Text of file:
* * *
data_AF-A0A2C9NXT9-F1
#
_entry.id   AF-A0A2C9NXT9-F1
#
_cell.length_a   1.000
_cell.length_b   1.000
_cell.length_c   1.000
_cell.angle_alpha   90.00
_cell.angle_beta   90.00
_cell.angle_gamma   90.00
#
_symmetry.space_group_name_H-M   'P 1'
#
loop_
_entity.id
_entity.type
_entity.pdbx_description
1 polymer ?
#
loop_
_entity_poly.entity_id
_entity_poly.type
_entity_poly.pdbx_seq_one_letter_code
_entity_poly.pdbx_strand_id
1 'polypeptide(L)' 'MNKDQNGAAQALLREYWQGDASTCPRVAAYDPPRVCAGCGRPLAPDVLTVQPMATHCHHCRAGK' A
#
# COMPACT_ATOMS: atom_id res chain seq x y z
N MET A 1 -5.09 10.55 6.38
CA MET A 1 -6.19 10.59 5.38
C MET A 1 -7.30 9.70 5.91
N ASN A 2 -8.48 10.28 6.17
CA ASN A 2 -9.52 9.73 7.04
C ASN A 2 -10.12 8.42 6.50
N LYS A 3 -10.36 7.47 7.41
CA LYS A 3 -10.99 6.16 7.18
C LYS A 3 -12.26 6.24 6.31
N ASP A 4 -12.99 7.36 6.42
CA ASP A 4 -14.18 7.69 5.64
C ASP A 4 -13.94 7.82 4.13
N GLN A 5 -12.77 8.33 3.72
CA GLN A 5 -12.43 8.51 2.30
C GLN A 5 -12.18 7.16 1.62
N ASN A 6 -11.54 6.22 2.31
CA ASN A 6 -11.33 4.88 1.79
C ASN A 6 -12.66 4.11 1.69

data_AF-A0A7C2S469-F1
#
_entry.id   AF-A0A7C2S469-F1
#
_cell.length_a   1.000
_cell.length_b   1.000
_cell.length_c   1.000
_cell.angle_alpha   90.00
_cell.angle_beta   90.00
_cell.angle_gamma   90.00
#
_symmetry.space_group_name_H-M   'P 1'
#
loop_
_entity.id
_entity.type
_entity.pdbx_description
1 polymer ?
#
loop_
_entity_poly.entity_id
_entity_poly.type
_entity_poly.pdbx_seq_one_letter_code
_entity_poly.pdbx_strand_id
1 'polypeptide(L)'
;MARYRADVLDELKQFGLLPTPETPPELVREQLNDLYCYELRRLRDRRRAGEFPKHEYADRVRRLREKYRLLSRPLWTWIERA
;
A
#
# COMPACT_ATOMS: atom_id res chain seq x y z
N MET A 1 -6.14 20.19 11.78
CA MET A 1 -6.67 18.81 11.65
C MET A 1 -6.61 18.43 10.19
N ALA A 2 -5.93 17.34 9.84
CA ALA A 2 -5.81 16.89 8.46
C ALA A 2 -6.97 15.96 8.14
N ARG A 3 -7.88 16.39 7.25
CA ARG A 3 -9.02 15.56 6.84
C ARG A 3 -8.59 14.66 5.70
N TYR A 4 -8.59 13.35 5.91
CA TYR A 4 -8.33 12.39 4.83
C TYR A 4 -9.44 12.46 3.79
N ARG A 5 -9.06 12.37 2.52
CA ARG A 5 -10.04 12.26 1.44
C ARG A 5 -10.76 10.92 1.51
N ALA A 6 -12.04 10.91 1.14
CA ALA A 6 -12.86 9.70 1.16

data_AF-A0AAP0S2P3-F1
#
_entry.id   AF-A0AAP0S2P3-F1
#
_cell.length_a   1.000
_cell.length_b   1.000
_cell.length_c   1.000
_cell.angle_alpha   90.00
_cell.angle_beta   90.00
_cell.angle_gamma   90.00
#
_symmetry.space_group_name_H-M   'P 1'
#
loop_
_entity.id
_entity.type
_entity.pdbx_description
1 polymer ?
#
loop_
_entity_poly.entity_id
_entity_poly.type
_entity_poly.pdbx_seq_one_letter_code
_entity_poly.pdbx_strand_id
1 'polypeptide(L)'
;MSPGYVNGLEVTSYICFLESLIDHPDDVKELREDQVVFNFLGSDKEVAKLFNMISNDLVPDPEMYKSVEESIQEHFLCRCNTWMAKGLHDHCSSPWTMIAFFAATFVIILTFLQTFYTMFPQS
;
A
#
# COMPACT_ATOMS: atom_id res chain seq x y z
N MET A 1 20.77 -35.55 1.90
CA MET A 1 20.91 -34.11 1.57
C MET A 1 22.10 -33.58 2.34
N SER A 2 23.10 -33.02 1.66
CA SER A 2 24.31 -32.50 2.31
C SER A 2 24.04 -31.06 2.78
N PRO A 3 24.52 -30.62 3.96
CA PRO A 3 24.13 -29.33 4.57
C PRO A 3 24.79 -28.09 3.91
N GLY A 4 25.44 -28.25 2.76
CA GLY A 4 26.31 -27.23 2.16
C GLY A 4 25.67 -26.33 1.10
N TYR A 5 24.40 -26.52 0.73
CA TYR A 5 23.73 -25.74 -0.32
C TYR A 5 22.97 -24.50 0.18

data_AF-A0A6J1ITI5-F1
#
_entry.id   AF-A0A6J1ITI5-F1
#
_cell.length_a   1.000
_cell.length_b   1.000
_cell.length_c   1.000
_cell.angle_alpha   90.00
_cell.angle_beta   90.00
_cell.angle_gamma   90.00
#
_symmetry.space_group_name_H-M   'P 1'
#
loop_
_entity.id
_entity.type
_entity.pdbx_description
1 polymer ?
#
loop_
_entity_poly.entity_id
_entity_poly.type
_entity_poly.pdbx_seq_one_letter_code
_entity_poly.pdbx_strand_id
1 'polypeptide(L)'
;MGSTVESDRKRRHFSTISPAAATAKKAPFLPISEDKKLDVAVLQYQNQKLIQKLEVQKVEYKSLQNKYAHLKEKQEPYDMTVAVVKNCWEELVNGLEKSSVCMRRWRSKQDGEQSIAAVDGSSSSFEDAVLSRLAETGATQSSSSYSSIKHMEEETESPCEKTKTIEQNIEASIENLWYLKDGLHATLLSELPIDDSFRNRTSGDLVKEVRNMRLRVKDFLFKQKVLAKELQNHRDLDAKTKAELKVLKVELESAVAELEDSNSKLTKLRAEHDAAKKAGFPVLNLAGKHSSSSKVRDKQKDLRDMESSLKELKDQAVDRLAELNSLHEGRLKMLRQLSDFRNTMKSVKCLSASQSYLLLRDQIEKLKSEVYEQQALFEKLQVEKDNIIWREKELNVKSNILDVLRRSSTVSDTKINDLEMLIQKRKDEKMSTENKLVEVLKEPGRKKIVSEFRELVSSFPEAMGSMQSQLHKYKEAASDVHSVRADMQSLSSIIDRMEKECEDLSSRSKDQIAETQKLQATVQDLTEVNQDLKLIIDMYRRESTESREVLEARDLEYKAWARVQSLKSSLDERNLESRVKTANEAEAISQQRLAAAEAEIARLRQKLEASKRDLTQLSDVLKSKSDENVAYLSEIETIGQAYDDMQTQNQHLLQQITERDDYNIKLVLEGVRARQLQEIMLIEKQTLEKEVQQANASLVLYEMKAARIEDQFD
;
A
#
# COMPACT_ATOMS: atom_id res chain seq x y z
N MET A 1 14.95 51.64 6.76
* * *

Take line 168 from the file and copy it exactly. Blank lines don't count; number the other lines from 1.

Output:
N MET A 1 14.95 51.64 6.76